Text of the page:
HDR vs NHEJ in CRISPR Gene Editing

Understanding DNA Repair Pathways

The CRISPR/Cas9 system has revolutionized genetic research, offering scientists unprecedented precision in genome editing. However, before delving into genetic modifications, it is crucial to understand the intricate DNA repair pathways that come into play when a DNA sequence is damaged. In this article, we will explore the differences between Homology Directed Repair (HDR) and Non-Homologous End Joining (NHEJ) in the context of CRISPR/cas9-based gene editing and we will discuss when you should, and should not, consider using them.

The Importance of DNA Repair Pathways

Cells rely on DNA as a blueprint for growth and reproduction, making genome protection vital. When DNA damage occurs, various pathways are activated to sense and repair the disrupted sequences. These pathways are essential for maintaining genomic integrity across all organisms. 

Although DNA damage can affect one or both DNA strands, in this article we focus on double-strand breaks (DSBs) repair mechanisms, because this is the type of damage we take advantage of when using the CRISPR/Cas9 system. Although many people believe that the CRISPR/Cas9 machinery is the one performing the desired genetic modification, it actually only performs the cut at a specific location in the genome, and it is the cell's endogenous DNA repair mechanisms that produce genetic editing while joining the two cut ends.

There are many repair mechanisms including:

  • Base Excision Repair (BER)
  • Nucleotide Excision Repair
  • Mismatch repair (MMR)
  • Homology directed repair (HDR)
  • Non-Homologous End Joining (NHEJ)
  • Other minor repair mechanisms

Researchers can leverage these endogenous DNA repair pathways to generate genetically edited organisms that help further the study of human disease, and the development of new therapeutics.

Choosing the Right Pathway

When deciding between HDR and NHEJ for genome editing, researchers must consider the desired outcome of their experiments. HDR is suitable for precise genetic modifications and knockins, while NHEJ is preferred for gene knockout studies due to its ability to induce INDELs effectively. Understanding these pathways allows researchers to tailor their approach based on the specific goals of their research.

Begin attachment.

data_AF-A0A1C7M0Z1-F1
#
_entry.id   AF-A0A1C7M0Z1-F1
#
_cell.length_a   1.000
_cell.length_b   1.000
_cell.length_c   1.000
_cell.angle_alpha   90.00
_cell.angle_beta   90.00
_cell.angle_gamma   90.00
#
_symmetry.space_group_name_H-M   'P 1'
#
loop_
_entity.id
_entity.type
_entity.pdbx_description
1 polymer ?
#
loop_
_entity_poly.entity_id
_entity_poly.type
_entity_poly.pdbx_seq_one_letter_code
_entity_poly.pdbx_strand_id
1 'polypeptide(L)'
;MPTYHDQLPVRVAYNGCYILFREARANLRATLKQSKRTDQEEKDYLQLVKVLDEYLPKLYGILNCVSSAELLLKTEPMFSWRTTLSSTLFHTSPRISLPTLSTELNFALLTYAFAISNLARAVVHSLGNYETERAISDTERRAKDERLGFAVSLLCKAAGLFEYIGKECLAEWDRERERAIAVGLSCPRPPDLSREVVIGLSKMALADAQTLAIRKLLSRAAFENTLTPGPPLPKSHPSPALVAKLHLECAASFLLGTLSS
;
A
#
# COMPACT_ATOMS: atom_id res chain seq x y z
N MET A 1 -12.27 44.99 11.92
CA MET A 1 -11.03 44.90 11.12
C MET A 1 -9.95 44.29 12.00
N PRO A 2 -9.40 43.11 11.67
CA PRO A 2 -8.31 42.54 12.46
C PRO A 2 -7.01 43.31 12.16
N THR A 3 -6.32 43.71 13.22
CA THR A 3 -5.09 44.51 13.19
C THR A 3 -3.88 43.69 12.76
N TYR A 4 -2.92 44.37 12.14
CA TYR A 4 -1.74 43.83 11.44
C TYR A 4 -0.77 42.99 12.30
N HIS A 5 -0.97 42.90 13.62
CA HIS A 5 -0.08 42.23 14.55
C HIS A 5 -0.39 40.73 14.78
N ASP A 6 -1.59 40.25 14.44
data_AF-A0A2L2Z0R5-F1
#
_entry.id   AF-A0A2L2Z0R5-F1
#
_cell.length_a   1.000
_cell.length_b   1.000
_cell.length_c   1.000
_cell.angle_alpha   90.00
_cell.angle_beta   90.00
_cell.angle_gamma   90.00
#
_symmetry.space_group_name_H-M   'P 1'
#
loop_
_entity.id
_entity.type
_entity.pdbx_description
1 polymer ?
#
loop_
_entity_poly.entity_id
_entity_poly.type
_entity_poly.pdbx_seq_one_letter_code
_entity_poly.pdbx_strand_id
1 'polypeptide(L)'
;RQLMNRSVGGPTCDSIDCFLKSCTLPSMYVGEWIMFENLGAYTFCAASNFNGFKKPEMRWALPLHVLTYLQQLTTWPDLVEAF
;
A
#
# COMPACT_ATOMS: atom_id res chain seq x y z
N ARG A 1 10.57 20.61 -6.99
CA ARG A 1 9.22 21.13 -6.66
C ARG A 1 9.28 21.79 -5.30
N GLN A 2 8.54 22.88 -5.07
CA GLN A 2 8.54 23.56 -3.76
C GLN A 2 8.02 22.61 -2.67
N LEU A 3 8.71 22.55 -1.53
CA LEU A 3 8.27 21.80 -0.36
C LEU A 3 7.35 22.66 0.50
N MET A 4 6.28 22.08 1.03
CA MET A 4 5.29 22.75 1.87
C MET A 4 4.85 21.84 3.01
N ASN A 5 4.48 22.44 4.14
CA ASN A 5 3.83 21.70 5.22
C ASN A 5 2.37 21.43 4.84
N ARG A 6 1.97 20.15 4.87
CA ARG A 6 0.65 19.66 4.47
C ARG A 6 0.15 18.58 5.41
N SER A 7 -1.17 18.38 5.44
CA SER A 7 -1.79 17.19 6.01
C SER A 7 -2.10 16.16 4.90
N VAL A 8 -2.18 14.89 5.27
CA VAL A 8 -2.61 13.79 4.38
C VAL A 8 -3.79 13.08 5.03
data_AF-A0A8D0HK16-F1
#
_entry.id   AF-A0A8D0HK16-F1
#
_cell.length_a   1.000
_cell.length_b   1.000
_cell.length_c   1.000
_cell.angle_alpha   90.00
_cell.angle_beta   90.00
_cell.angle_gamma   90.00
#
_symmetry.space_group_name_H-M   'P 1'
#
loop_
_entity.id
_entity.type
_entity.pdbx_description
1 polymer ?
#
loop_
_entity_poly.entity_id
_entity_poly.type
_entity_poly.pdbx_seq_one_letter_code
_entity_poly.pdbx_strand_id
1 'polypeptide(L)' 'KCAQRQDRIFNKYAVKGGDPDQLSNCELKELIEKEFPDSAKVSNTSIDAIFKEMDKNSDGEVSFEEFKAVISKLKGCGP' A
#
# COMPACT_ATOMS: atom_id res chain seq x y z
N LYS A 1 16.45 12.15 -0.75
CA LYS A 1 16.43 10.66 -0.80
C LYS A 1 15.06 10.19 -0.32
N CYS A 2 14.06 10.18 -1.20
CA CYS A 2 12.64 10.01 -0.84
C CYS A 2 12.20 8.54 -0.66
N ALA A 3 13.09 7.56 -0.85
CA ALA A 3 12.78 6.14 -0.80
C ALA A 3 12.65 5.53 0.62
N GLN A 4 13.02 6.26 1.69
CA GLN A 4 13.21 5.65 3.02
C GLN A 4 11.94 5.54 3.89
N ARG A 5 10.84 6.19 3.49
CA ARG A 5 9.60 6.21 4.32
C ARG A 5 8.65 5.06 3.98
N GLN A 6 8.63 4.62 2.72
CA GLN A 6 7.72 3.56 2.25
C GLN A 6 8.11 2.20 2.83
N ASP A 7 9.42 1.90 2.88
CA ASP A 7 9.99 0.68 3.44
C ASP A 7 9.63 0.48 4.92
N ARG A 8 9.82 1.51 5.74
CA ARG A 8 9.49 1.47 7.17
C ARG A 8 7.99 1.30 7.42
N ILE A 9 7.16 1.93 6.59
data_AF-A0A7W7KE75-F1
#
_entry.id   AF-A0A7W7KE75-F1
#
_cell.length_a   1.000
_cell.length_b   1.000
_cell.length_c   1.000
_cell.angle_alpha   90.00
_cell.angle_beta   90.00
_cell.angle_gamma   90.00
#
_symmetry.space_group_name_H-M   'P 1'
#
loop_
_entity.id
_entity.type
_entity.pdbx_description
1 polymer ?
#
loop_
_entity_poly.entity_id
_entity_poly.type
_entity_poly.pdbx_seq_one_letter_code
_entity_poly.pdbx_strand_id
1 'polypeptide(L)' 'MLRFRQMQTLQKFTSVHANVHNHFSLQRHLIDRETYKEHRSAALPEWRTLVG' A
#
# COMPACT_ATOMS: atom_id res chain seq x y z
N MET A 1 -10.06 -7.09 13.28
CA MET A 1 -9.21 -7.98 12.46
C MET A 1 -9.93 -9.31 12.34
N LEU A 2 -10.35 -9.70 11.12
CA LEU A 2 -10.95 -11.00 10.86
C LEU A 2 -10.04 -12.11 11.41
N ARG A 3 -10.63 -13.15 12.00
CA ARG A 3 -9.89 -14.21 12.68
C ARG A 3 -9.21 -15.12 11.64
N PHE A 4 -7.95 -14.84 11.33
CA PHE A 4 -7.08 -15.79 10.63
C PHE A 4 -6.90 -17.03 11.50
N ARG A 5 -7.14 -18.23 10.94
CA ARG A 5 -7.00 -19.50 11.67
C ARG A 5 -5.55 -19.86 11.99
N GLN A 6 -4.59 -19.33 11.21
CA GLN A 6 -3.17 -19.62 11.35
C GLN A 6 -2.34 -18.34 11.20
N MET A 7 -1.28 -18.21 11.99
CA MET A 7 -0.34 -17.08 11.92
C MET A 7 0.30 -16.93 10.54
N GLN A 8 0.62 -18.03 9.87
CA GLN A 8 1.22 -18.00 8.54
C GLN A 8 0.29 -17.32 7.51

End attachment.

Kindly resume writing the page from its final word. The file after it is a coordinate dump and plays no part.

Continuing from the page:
Non-Homologous End Joining (NHEJ)

NHEJ is an error-prone DNA repair pathway that rejoins broken DNA ends without requiring a template with homologous sequences. This mechanism often leads to small insertions or deletions (INDELS), making it ideal for gene knockout studies where disrupting gene function is the goal. NHEJ is efficient but lacks the precision of HDR, limiting its use for more complex genetic modifications. However, with the appropriate strategy, NHEJ can also be used for gene knockin generation, as explained here.

Figure 1. NHEJ repair mechanism.

Homology Directed Repair (HDR)

HDR is a precise DNA repair mechanism that utilizes homologous sequences (from a sister chromatid, a donor homology plasmid, a single stranded oligodeoxynucleotide (ODN), etc.) to accurately repair DSBs. Unlike NHEJ, which can lead to INDELS, HDR uses homologous regions as templates for error-free repair. 

Researchers can leverage HDR to introduce specific and highly accurate genetic modifications like gene knockins or precise gene edits. To achieve this objective, they need to design a donor template wherein the DNA sequence intended for insertion is flanked by arms homologous to the 5’ an 3’ sites of the DSB. This method is useful for more complex gene editing, such as generation of point mutations or tagged versions of your gene of interest.

Figure 2. HDR repair mechanism.


In conclusion, HDR and NHEJ are two fundamental DNA repair pathways that play a crucial role in CRISPR/Cas9-based gene editing. By comprehending the differences between these pathways and their implications for genetic modifications, researchers can optimize their strategies for creating genetically modified organisms and advancing scientific discoveries.

Miriam-Martinez-ZeClinics By Miriam Martínez Navarro

Miriam is a Human Biologist expert in neuropharmacology. After a master’s degree in Pharmaceutical and Biotech Industry, she obtained her PhD in Biomedicine from Pompeu Fabra University (Barcelona). During her doctorate, she focused her research on the behavioral analysis of animal models for neurophenotypical characterization. Since then, she has been working in the healthcare marketing and publicity sector, where she has contributed to developing marketing campaigns for several pharmaceutical brands. In 2021, she joined ZeClinics with a branding and marketing strategy focus.

CRISPR/Cas9Disease modelingDisease modelsGene-editinggenetic modelsknock-inknock-out